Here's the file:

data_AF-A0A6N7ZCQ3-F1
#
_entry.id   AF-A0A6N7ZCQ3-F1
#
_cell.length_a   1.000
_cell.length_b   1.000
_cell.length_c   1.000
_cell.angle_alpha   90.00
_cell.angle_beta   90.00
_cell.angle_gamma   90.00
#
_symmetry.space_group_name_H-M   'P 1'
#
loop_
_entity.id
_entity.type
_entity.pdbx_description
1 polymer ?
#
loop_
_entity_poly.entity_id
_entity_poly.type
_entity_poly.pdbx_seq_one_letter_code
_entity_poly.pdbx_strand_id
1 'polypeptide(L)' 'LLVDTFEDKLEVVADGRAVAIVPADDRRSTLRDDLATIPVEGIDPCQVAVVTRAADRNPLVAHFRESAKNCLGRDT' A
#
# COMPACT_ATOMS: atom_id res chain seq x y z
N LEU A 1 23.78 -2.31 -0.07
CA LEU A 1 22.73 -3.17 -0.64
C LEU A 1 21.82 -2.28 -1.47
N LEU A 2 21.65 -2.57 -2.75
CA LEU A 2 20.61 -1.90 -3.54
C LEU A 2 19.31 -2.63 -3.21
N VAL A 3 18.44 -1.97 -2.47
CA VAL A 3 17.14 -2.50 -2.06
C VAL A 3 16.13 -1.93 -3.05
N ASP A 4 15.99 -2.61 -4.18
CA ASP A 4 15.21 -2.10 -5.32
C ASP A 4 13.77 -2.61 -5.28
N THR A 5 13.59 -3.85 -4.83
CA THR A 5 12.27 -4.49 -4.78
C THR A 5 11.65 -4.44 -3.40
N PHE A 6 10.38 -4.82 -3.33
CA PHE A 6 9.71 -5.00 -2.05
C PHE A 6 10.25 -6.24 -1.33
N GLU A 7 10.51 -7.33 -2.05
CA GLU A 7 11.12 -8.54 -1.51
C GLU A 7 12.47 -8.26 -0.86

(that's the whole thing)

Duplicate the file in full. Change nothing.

data_AF-A0A6N7ZCQ3-F1
#
_entry.id   AF-A0A6N7ZCQ3-F1
#
_cell.length_a   1.000
_cell.length_b   1.000
_cell.length_c   1.000
_cell.angle_alpha   90.00
_cell.angle_beta   90.00
_cell.angle_gamma   90.00
#
_symmetry.space_group_name_H-M   'P 1'
#
loop_
_entity.id
_entity.type
_entity.pdbx_description
1 polymer ?
#
loop_
_entity_poly.entity_id
_entity_poly.type
_entity_poly.pdbx_seq_one_letter_code
_entity_poly.pdbx_strand_id
1 'polypeptide(L)' 'LLVDTFEDKLEVVADGRAVAIVPADDRRSTLRDDLATIPVEGIDPCQVAVVTRAADRNPLVAHFRESAKNCLGRDT' A
#
# COMPACT_ATOMS: atom_id res chain seq x y z
N LEU A 1 23.78 -2.31 -0.07
CA LEU A 1 22.73 -3.17 -0.64
C LEU A 1 21.82 -2.28 -1.47
N LEU A 2 21.65 -2.57 -2.75
CA LEU A 2 20.61 -1.90 -3.54
C LEU A 2 19.31 -2.63 -3.21
N VAL A 3 18.44 -1.97 -2.47
CA VAL A 3 17.14 -2.50 -2.06
C VAL A 3 16.13 -1.93 -3.05
N ASP A 4 15.99 -2.61 -4.18
CA ASP A 4 15.21 -2.10 -5.32
C ASP A 4 13.77 -2.61 -5.28
N THR A 5 13.59 -3.85 -4.83
CA THR A 5 12.27 -4.49 -4.78
C THR A 5 11.65 -4.44 -3.40
N PHE A 6 10.38 -4.82 -3.33
CA PHE A 6 9.71 -5.00 -2.05
C PHE A 6 10.25 -6.24 -1.33
N GLU A 7 10.51 -7.33 -2.05
CA GLU A 7 11.12 -8.54 -1.51
C GLU A 7 12.47 -8.26 -0.86